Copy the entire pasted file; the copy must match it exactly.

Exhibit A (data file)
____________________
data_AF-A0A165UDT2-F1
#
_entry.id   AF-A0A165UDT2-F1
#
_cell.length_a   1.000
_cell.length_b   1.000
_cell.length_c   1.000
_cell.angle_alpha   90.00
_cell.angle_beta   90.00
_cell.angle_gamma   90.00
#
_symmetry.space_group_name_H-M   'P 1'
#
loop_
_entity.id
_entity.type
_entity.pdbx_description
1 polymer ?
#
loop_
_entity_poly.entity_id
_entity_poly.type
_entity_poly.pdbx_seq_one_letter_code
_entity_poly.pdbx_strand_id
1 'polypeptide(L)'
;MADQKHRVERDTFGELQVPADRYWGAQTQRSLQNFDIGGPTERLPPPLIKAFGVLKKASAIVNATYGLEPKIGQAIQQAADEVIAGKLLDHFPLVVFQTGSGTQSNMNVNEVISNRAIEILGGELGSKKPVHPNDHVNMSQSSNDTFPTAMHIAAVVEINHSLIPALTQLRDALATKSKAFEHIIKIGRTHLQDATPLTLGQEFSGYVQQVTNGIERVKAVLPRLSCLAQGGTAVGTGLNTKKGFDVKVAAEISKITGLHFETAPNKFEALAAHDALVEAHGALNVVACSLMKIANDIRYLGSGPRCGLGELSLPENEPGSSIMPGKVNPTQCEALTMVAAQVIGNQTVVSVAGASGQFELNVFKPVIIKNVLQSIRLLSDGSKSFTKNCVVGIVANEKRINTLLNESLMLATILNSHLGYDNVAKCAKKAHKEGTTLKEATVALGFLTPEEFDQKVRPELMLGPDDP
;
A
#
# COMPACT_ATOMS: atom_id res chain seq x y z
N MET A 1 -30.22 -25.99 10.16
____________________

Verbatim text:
data_AF-A0A165UDT2-F1
#
_entry.id   AF-A0A165UDT2-F1
#
_cell.length_a   1.000
_cell.length_b   1.000
_cell.length_c   1.000
_cell.angle_alpha   90.00
_cell.angle_beta   90.00
_cell.angle_gamma   90.00
#
_symmetry.space_group_name_H-M   'P 1'
#
loop_
_entity.id
_entity.type
_entity.pdbx_description
1 polymer ?
#
loop_
_entity_poly.entity_id
_entity_poly.type
_entity_poly.pdbx_seq_one_letter_code
_entity_poly.pdbx_strand_id
1 'polypeptide(L)'
;MADQKHRVERDTFGELQVPADRYWGAQTQRSLQNFDIGGPTERLPPPLIKAFGVLKKASAIVNATYGLEPKIGQAIQQAADEVIAGKLLDHFPLVVFQTGSGTQSNMNVNEVISNRAIEILGGELGSKKPVHPNDHVNMSQSSNDTFPTAMHIAAVVEINHSLIPALTQLRDALATKSKAFEHIIKIGRTHLQDATPLTLGQEFSGYVQQVTNGIERVKAVLPRLSCLAQGGTAVGTGLNTKKGFDVKVAAEISKITGLHFETAPNKFEALAAHDALVEAHGALNVVACSLMKIANDIRYLGSGPRCGLGELSLPENEPGSSIMPGKVNPTQCEALTMVAAQVIGNQTVVSVAGASGQFELNVFKPVIIKNVLQSIRLLSDGSKSFTKNCVVGIVANEKRINTLLNESLMLATILNSHLGYDNVAKCAKKAHKEGTTLKEATVALGFLTPEEFDQKVRPELMLGPDDP
;
A
#
# COMPACT_ATOMS: atom_id res chain seq x y z
N MET A 1 -30.22 -25.99 10.16